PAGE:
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This article is taken from PN Review 23, Volume 8 Number 3, January - February 1982.

The Sylvia I Knew: A Personal Recollection Bea Howe

It was a day late in April 1978, when answering the ringing telephone in my London flat I heard after a longish pause Sylvia's voice for the last time. It came very faint from her Dorset home. I already knew that she had not long to live and had offered to go and see her. 'No, not just at present, darling,' I heard her say. 'Later, perhaps. You understand?' 'Yes,' I replied. 'I understand perfectly.' A few more faint words and then 'My love, darling. Goodbye.' Her voice trailed away weakly. I put down the receiver. I knew as well as she did that these few words were all she could manage to say in her failing strength, we who had spoken so much to one another and for so long, year after year, since when? Ah, yes, since when?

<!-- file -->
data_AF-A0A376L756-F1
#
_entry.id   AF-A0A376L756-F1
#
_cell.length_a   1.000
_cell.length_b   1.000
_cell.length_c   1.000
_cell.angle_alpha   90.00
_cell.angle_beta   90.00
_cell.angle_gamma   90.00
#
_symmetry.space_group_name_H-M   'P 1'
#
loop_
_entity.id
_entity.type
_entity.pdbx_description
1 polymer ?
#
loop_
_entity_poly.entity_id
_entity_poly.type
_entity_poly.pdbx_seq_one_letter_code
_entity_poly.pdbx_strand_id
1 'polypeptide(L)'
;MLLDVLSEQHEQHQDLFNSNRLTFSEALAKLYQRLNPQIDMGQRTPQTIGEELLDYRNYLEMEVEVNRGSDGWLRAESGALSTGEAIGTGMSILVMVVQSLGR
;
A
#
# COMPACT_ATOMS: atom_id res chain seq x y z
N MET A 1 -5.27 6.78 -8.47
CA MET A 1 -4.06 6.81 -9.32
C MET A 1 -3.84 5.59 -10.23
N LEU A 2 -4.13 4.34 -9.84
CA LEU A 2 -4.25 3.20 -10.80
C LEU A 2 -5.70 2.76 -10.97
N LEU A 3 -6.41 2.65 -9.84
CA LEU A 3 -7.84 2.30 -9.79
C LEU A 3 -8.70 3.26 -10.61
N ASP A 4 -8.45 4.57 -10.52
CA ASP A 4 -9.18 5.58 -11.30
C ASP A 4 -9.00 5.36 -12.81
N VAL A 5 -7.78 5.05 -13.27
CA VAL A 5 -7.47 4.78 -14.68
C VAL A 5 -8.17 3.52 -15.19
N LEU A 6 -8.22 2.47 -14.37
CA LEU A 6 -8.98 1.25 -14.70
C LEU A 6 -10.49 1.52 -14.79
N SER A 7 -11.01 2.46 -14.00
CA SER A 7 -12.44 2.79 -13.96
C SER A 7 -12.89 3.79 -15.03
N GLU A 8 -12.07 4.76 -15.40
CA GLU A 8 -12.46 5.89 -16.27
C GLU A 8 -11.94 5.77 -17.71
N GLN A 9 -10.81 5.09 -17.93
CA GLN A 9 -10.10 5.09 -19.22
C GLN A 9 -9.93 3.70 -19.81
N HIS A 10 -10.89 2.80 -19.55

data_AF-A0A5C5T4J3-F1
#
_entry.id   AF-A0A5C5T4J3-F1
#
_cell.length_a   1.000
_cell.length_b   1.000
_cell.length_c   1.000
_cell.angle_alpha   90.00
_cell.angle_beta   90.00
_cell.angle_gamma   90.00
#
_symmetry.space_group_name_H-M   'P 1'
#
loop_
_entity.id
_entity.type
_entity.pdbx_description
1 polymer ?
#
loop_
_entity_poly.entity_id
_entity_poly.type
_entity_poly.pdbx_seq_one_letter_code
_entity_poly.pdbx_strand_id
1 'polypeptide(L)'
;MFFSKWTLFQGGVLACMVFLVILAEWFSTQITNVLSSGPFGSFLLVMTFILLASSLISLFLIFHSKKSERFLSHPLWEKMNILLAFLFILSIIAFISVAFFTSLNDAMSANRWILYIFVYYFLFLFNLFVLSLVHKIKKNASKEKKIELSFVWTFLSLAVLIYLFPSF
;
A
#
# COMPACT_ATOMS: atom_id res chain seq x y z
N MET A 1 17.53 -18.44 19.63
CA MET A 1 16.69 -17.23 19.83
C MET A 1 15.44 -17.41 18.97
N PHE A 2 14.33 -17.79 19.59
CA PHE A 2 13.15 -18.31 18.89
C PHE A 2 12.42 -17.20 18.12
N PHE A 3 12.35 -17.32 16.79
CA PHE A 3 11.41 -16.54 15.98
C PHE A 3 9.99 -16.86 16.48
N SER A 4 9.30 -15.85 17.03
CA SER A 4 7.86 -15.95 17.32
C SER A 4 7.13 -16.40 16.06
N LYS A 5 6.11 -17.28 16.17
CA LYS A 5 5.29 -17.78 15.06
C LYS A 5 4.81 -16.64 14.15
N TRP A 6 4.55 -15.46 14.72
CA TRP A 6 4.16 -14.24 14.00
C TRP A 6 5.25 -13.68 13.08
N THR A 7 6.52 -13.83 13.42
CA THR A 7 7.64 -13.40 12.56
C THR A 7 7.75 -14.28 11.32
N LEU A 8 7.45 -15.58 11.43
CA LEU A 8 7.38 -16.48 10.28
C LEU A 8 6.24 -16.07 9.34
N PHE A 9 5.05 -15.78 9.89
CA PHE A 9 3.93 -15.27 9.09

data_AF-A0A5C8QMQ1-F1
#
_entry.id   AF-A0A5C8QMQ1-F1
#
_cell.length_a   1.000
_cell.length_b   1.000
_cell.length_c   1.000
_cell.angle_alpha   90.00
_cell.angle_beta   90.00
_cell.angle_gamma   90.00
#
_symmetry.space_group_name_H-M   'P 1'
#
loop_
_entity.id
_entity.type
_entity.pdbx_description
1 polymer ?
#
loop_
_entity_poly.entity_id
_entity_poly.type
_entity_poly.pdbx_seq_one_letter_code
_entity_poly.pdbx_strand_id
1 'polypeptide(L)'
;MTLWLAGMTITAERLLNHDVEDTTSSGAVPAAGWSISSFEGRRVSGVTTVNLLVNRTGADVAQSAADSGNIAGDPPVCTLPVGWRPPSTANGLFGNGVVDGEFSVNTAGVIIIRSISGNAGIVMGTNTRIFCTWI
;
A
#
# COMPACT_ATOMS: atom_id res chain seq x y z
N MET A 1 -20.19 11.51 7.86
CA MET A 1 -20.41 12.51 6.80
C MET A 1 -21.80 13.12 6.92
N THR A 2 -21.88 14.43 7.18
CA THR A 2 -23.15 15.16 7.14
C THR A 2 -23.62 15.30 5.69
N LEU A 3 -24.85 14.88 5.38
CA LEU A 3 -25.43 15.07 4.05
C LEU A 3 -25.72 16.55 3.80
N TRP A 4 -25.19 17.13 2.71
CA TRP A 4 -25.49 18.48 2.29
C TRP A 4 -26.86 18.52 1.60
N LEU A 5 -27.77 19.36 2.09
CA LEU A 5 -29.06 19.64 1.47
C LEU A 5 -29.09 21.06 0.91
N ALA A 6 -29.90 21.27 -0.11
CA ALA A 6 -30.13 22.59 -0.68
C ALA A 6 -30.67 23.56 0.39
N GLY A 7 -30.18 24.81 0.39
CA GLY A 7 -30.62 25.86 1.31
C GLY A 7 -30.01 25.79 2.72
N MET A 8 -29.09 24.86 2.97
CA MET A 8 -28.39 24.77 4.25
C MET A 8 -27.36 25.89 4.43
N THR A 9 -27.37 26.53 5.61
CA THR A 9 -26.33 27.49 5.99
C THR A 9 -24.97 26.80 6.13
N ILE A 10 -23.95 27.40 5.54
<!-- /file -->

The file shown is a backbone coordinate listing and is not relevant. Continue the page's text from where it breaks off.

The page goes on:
I think it was very early in the winter of 1919 after we had come to London to live at Number 18, Lowndes Square, Knightsbridge, that I was taken by my only brother, George, to meet Sylvia at 125, Queens Road, Bayswater. I remember little of her ground floor flat except that it generally smelt of strong coffee or China tea being brewed; cups of which Sylvia seemed to live on plus cigarettes offered to one from a packet. Sylvia was an inveterate smoker all her life.

At twenty-five (five years my senior) Sylvia was excessively thin and gawky in her movements; her clothes quite ...


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